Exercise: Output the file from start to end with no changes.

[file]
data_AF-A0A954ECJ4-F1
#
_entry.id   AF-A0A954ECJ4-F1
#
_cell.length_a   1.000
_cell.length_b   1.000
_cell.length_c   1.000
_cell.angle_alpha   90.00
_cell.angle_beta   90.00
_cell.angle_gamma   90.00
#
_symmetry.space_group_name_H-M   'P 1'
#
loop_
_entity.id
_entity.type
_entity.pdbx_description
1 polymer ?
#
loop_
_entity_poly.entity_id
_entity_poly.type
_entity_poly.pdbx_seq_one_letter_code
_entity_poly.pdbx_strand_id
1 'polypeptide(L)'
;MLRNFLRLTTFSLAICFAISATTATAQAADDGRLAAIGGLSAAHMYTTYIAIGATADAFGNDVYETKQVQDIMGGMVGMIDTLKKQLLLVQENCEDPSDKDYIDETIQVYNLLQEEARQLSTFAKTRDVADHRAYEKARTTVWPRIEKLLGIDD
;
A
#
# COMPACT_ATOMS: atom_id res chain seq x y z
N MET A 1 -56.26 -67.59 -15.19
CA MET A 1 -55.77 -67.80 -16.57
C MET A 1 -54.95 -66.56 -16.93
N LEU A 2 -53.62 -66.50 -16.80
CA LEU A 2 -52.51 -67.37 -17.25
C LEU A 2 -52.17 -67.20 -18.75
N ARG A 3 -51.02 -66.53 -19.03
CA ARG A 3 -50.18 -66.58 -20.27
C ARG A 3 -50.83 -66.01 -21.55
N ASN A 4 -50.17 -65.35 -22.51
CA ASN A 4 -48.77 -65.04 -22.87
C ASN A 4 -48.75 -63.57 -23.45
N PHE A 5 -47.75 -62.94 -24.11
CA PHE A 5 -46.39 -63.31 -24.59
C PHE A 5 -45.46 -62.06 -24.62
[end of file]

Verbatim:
data_AF-A0A954ECJ4-F1
#
_entry.id   AF-A0A954ECJ4-F1
#
_cell.length_a   1.000
_cell.length_b   1.000
_cell.length_c   1.000
_cell.angle_alpha   90.00
_cell.angle_beta   90.00
_cell.angle_gamma   90.00
#
_symmetry.space_group_name_H-M   'P 1'
#
loop_
_entity.id
_entity.type
_entity.pdbx_description
1 polymer ?
#
loop_
_entity_poly.entity_id
_entity_poly.type
_entity_poly.pdbx_seq_one_letter_code
_entity_poly.pdbx_strand_id
1 'polypeptide(L)'
;MLRNFLRLTTFSLAICFAISATTATAQAADDGRLAAIGGLSAAHMYTTYIAIGATADAFGNDVYETKQVQDIMGGMVGMIDTLKKQLLLVQENCEDPSDKDYIDETIQVYNLLQEEARQLSTFAKTRDVADHRAYEKARTTVWPRIEKLLGIDD
;
A
#
# COMPACT_ATOMS: atom_id res chain seq x y z
N MET A 1 -56.26 -67.59 -15.19
CA MET A 1 -55.77 -67.80 -16.57
C MET A 1 -54.95 -66.56 -16.93
N LEU A 2 -53.62 -66.50 -16.80
CA LEU A 2 -52.51 -67.37 -17.25
C LEU A 2 -52.17 -67.20 -18.75
N ARG A 3 -51.02 -66.53 -19.03
CA ARG A 3 -50.18 -66.58 -20.27
C ARG A 3 -50.83 -66.01 -21.55
N ASN A 4 -50.17 -65.35 -22.51
CA ASN A 4 -48.77 -65.04 -22.87
C ASN A 4 -48.75 -63.57 -23.45
N PHE A 5 -47.75 -62.94 -24.11
CA PHE A 5 -46.39 -63.31 -24.59
C PHE A 5 -45.46 -62.06 -24.62